Test Lights for Voltage Indication
Learn how to use a test light to find when voltage is present in a circuit.
A test light is a test instrument with a bulb connected to two test leads to provide a visual indication of when voltage is present in a circuit. The most common test light is a neon test light (see Figure 1). A neon test light has a bulb that is filled with neon gas and uses two electrodes to ionize the gas (excite the atoms). Neon test lights are preferred because neon bulbs have extended lifetimes compared to other bulbs. The long life of neon bulbs is attributed to the bulbs having a very high resistance, so neon bulbs draw very little current when taking a measurement. The bulb of a test light illuminates when voltage is present in the circuit being tested.
Figure 1. Test lights provide a visual indication of when voltage is present in a circuit but do not indicate the amount of voltage. Image courtesy of Spruce
Test Light Advantages/ Disadvantages
Test lights have the advantage of being inexpensive, small enough to carry in a pocket, and simple to operate. The disadvantage of test lights is that test lights support a limited voltage range and also cannot determine the actual voltage of a circuit; only that voltage is present in a circuit. Test lights that have a wider voltage range are better than test lights that have only one voltage rating. For example, a neon test light rated for 90 VAC to 600 VAC is better than a test light rated for only 120 VAC. Another disadvantage of neon test lights is that neon test lights must not be used to test ground fault circuit interrupters (GFCIs) or ground fault interrupters (GFIs) because the neon bulb does not draw enough current to trip the GFCI when connected between the hot side of the receptacle and ground.
Test Light Applications
Test lights are primarily used to determine when voltage is present in a circuit (the circuit is energized), such as when testing receptacles. When a receptacle is tested, the test light bulb illuminates when it is energized (see Figure 2).
Figure 2. A test light (bulb) illuminates when a receptacle is energized. Image courtesy of Spruce
When a receptacle is properly wired, a test light bulb will illuminate when the test light leads are connected from the neutral slot to the hot slot. A test light bulb will also illuminate when the leads are connected from the ground slot to the hot slot. If the test light illuminates when the leads are connected from the neutral slot to the ground slot, the hot (black) and neutral (white) wires are reversed. Having the hot and neutral wires reversed poses a safety hazard and must be corrected.
If the test light illuminates when the test leads are connected to the neutral slot and the hot slot but do not illuminate when they are connected to the ground slot and the hot slot, the receptacle is not grounded. When a test light illuminates but is dimmer than when connected between the neutral slot and hot slot, the receptacle has an improper ground (having higher resistance). An improper ground poses a safety hazard and must be rectified.
Testing receptacles is also possible with a receptacle tester. The receptacle tester is a device plugged into a receptacle in order to determine if it is correctly wired and energized (see Figure 3). Some receptacle tester models include a ground fault circuit interrupter or ground fault interrupter test button that allows the receptacle tester to be used on GFCI or GFI receptacles.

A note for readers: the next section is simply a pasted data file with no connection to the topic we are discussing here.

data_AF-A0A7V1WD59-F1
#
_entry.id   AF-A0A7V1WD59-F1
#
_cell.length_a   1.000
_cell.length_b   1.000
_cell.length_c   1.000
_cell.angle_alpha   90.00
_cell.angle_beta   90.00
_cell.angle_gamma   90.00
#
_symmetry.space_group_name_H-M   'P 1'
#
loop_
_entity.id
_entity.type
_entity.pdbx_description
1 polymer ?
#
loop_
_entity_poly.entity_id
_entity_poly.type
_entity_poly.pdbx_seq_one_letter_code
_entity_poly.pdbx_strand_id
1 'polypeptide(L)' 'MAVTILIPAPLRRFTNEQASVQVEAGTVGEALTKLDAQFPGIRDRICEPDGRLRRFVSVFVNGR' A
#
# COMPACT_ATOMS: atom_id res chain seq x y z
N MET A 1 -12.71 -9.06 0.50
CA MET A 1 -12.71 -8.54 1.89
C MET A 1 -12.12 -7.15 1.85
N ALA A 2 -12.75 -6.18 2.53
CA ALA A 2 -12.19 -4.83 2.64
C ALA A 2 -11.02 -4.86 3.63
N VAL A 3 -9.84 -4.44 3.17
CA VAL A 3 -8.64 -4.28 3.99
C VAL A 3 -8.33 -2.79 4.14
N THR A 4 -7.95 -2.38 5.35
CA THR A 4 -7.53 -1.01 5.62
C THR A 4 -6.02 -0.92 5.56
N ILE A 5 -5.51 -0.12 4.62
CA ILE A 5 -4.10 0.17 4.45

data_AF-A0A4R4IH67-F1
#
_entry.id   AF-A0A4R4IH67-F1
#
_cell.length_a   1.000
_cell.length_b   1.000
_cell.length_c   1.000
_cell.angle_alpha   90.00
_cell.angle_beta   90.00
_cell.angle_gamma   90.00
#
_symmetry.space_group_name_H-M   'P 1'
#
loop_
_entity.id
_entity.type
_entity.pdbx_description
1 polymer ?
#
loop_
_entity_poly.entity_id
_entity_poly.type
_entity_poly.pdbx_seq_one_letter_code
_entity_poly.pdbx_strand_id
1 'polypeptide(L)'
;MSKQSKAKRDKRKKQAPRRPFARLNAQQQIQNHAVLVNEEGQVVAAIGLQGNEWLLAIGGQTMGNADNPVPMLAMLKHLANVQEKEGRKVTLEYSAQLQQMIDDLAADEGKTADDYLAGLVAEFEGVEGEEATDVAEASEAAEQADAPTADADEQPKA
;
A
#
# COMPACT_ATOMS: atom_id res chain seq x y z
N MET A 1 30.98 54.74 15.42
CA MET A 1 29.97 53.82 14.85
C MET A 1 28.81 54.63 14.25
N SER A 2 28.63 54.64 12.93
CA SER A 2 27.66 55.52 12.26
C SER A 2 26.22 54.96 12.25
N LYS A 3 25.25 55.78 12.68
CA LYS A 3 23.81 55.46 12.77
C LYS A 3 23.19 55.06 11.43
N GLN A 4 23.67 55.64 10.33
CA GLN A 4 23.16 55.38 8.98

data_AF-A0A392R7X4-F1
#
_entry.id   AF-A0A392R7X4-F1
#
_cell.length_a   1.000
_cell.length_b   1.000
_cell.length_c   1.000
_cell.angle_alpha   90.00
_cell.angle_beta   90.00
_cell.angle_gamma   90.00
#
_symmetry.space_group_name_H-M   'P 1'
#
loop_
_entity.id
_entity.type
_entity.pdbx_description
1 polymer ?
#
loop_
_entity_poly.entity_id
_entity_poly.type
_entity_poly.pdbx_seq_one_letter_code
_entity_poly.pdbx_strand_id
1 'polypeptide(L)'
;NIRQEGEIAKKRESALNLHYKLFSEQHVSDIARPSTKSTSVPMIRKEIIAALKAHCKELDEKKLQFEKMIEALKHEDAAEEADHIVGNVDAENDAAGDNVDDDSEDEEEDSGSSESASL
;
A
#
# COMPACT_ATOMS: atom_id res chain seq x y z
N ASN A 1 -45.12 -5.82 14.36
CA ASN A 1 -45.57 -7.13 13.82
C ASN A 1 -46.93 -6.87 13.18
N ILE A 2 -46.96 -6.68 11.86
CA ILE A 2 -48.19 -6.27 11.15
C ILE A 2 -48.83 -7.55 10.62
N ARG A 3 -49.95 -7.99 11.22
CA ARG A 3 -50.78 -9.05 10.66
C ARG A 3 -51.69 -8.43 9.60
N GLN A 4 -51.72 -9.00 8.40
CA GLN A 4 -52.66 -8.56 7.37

Figure 3. The receptacle tester is plugged into a receptacle in order to determine if it is correctly wired and energized. Image used courtesy of Amprobe
Always wear proper protective equipment when working around energized circuits—exercise caution when testing voltages over 24 V.
Test Light Measurement Procedures
Before using a test light or any voltage measuring instrument, always check the test light on a known energized circuit that is within the test light's rating to ensure that the test light is operating correctly.
Before taking any measurements using a test light, ensure the test light is designed to take measurements on the circuit being tested. For all measuring precautions, restrictions, and procedures, consult the test instrument's operating manual. To test for voltage using a test light, apply the following procedures:
1. Verify that the test light has a voltage rating higher than the highest potential voltage in the circuit. Care must be taken to guarantee that the exposed metal tips of the test light leads do not touch fingers or any metal parts not being tested.
2. Connect one test lead of the test light to one side of the circuit or ground. When testing a circuit that has a neutral or ground, connect to the neutral or ground side of the circuit first.
3. Connect the other test lead of the test light to the other side (hot side) of the circuit. Voltage is present when the test light bulb illuminates. Voltage is less than the rating of the test light when the test light is dimly lit and is higher than the rating of the test light when the test light glows brighter than normal. Voltage is not present in a circuit or present at a very low level when a test light does not illuminate.
4. Remove the test light from the circuit.
When a test light does not illuminate, a voltage can still be present that could cause an electrical shock. A test light can be damaged during testing by too high a voltage, so always retest a test light on a known energized circuit to verify that the bulb of a test light that indicated no voltage is still operating correctly.